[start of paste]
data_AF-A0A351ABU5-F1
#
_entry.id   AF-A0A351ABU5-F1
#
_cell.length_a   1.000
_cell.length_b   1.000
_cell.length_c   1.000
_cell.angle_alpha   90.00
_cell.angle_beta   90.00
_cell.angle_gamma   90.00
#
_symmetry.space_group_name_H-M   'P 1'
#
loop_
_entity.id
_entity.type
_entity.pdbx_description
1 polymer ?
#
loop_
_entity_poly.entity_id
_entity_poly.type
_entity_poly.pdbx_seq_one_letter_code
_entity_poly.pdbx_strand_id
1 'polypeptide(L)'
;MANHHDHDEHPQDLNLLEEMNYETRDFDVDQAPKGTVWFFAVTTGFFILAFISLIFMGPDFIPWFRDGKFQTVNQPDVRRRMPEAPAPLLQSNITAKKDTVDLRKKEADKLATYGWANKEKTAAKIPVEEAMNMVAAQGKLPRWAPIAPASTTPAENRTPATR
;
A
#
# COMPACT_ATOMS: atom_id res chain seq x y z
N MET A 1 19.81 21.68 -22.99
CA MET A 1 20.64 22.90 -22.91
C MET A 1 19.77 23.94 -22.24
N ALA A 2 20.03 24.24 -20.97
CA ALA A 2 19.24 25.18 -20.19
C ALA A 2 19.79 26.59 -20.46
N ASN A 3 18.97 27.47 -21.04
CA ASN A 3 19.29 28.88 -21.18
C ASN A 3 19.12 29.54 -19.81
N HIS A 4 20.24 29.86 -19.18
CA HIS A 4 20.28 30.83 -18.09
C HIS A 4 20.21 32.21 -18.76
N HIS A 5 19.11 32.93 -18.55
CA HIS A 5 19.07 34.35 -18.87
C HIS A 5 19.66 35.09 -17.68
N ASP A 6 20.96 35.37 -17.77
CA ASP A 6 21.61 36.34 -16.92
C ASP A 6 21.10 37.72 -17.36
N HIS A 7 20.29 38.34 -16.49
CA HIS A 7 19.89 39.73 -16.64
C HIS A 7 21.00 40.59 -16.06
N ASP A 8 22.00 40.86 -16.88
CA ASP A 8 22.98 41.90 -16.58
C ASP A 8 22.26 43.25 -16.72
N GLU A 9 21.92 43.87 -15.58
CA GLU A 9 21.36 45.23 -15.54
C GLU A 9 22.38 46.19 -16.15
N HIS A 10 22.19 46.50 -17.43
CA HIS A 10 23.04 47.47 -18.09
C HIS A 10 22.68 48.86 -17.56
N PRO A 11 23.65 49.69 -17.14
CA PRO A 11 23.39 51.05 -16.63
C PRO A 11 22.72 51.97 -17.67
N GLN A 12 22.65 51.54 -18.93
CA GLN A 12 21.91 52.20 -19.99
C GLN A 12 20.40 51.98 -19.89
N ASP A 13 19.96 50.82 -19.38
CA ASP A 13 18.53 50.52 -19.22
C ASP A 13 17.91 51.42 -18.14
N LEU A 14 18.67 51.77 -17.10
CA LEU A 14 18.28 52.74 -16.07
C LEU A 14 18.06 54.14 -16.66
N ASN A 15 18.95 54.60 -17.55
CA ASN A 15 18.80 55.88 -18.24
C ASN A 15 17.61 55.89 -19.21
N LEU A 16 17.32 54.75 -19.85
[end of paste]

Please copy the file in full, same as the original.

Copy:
data_AF-A0A351ABU5-F1
#
_entry.id   AF-A0A351ABU5-F1
#
_cell.length_a   1.000
_cell.length_b   1.000
_cell.length_c   1.000
_cell.angle_alpha   90.00
_cell.angle_beta   90.00
_cell.angle_gamma   90.00
#
_symmetry.space_group_name_H-M   'P 1'
#
loop_
_entity.id
_entity.type
_entity.pdbx_description
1 polymer ?
#
loop_
_entity_poly.entity_id
_entity_poly.type
_entity_poly.pdbx_seq_one_letter_code
_entity_poly.pdbx_strand_id
1 'polypeptide(L)'
;MANHHDHDEHPQDLNLLEEMNYETRDFDVDQAPKGTVWFFAVTTGFFILAFISLIFMGPDFIPWFRDGKFQTVNQPDVRRRMPEAPAPLLQSNITAKKDTVDLRKKEADKLATYGWANKEKTAAKIPVEEAMNMVAAQGKLPRWAPIAPASTTPAENRTPATR
;
A
#
# COMPACT_ATOMS: atom_id res chain seq x y z
N MET A 1 19.81 21.68 -22.99
CA MET A 1 20.64 22.90 -22.91
C MET A 1 19.77 23.94 -22.24
N ALA A 2 20.03 24.24 -20.97
CA ALA A 2 19.24 25.18 -20.19
C ALA A 2 19.79 26.59 -20.46
N ASN A 3 18.97 27.47 -21.04
CA ASN A 3 19.29 28.88 -21.18
C ASN A 3 19.12 29.54 -19.81
N HIS A 4 20.24 29.86 -19.18
CA HIS A 4 20.28 30.83 -18.09
C HIS A 4 20.21 32.21 -18.76
N HIS A 5 19.11 32.93 -18.55
CA HIS A 5 19.07 34.35 -18.87
C HIS A 5 19.66 35.09 -17.68
N ASP A 6 20.96 35.37 -17.77
CA ASP A 6 21.61 36.34 -16.92
C ASP A 6 21.10 37.72 -17.36
N HIS A 7 20.29 38.34 -16.49
CA HIS A 7 19.89 39.73 -16.64
C HIS A 7 21.00 40.59 -16.06
N ASP A 8 22.00 40.86 -16.88
CA ASP A 8 22.98 41.90 -16.58
C ASP A 8 22.26 43.25 -16.72
N GLU A 9 21.92 43.87 -15.58
CA GLU A 9 21.36 45.23 -15.54
C GLU A 9 22.38 46.19 -16.15
N HIS A 10 22.19 46.50 -17.43
CA HIS A 10 23.04 47.47 -18.09
C HIS A 10 22.68 48.86 -17.56
N PRO A 11 23.65 49.69 -17.14
CA PRO A 11 23.39 51.05 -16.63
C PRO A 11 22.72 51.97 -17.67
N GLN A 12 22.65 51.54 -18.93
CA GLN A 12 21.91 52.20 -19.99
C GLN A 12 20.40 51.98 -19.89
N ASP A 13 19.96 50.82 -19.38
CA ASP A 13 18.53 50.52 -19.22
C ASP A 13 17.91 51.42 -18.14
N LEU A 14 18.67 51.77 -17.10
CA LEU A 14 18.28 52.74 -16.07
C LEU A 14 18.06 54.14 -16.66
N ASN A 15 18.95 54.60 -17.55
CA ASN A 15 18.80 55.88 -18.24
C ASN A 15 17.61 55.89 -19.21
N LEU A 16 17.32 54.75 -19.85